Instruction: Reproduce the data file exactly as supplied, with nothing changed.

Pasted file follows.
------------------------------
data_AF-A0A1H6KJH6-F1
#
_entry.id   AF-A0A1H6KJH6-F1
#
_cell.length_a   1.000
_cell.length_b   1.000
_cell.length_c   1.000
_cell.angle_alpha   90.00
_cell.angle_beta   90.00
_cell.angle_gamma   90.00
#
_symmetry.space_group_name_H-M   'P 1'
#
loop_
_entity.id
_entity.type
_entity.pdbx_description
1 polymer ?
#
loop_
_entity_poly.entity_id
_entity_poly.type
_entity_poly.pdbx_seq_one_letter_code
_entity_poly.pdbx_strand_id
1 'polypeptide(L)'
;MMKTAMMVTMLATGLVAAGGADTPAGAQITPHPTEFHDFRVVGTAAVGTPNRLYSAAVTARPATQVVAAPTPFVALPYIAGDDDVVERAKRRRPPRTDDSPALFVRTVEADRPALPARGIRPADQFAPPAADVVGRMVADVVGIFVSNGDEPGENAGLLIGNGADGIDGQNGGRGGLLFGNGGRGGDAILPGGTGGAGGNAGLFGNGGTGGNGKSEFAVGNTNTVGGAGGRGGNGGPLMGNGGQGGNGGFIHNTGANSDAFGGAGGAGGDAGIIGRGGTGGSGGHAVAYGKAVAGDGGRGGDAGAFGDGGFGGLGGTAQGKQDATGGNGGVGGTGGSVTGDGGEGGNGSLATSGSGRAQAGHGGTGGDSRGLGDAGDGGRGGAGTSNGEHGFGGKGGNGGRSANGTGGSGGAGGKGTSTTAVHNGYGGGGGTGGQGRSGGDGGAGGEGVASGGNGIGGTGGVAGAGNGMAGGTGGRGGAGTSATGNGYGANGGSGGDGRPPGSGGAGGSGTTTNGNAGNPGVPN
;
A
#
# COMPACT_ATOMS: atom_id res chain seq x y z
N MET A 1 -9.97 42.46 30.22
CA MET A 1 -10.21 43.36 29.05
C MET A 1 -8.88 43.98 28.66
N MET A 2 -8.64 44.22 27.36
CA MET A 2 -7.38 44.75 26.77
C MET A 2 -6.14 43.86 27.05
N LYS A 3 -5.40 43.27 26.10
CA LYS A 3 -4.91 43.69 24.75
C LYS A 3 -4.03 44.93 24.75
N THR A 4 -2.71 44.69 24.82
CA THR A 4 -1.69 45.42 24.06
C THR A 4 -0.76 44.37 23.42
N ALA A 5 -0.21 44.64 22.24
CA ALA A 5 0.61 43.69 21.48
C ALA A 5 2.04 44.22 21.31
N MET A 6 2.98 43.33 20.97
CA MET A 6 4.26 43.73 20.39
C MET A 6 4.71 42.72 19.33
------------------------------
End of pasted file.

data_AF-A0A1H6KJH6-F1
#
_entry.id   AF-A0A1H6KJH6-F1
#
_cell.length_a   1.000
_cell.length_b   1.000
_cell.length_c   1.000
_cell.angle_alpha   90.00
_cell.angle_beta   90.00
_cell.angle_gamma   90.00
#
_symmetry.space_group_name_H-M   'P 1'
#
loop_
_entity.id
_entity.type
_entity.pdbx_description
1 polymer ?
#
loop_
_entity_poly.entity_id
_entity_poly.type
_entity_poly.pdbx_seq_one_letter_code
_entity_poly.pdbx_strand_id
1 'polypeptide(L)'
;MMKTAMMVTMLATGLVAAGGADTPAGAQITPHPTEFHDFRVVGTAAVGTPNRLYSAAVTARPATQVVAAPTPFVALPYIAGDDDVVERAKRRRPPRTDDSPALFVRTVEADRPALPARGIRPADQFAPPAADVVGRMVADVVGIFVSNGDEPGENAGLLIGNGADGIDGQNGGRGGLLFGNGGRGGDAILPGGTGGAGGNAGLFGNGGTGGNGKSEFAVGNTNTVGGAGGRGGNGGPLMGNGGQGGNGGFIHNTGANSDAFGGAGGAGGDAGIIGRGGTGGSGGHAVAYGKAVAGDGGRGGDAGAFGDGGFGGLGGTAQGKQDATGGNGGVGGTGGSVTGDGGEGGNGSLATSGSGRAQAGHGGTGGDSRGLGDAGDGGRGGAGTSNGEHGFGGKGGNGGRSANGTGGSGGAGGKGTSTTAVHNGYGGGGGTGGQGRSGGDGGAGGEGVASGGNGIGGTGGVAGAGNGMAGGTGGRGGAGTSATGNGYGANGGSGGDGRPPGSGGAGGSGTTTNGNAGNPGVPN
;
A
#
# COMPACT_ATOMS: atom_id res chain seq x y z
N MET A 1 -9.97 42.46 30.22
CA MET A 1 -10.21 43.36 29.05
C MET A 1 -8.88 43.98 28.66
N MET A 2 -8.64 44.22 27.36
CA MET A 2 -7.38 44.75 26.77
C MET A 2 -6.14 43.86 27.05
N LYS A 3 -5.40 43.27 26.10
CA LYS A 3 -4.91 43.69 24.75
C LYS A 3 -4.03 44.93 24.75
N THR A 4 -2.71 44.69 24.82
CA THR A 4 -1.69 45.42 24.06
C THR A 4 -0.76 44.37 23.42
N ALA A 5 -0.21 44.64 22.24
CA ALA A 5 0.61 43.69 21.48
C ALA A 5 2.04 44.22 21.31
N MET A 6 2.98 43.33 20.97
CA MET A 6 4.26 43.73 20.39
C MET A 6 4.71 42.72 19.33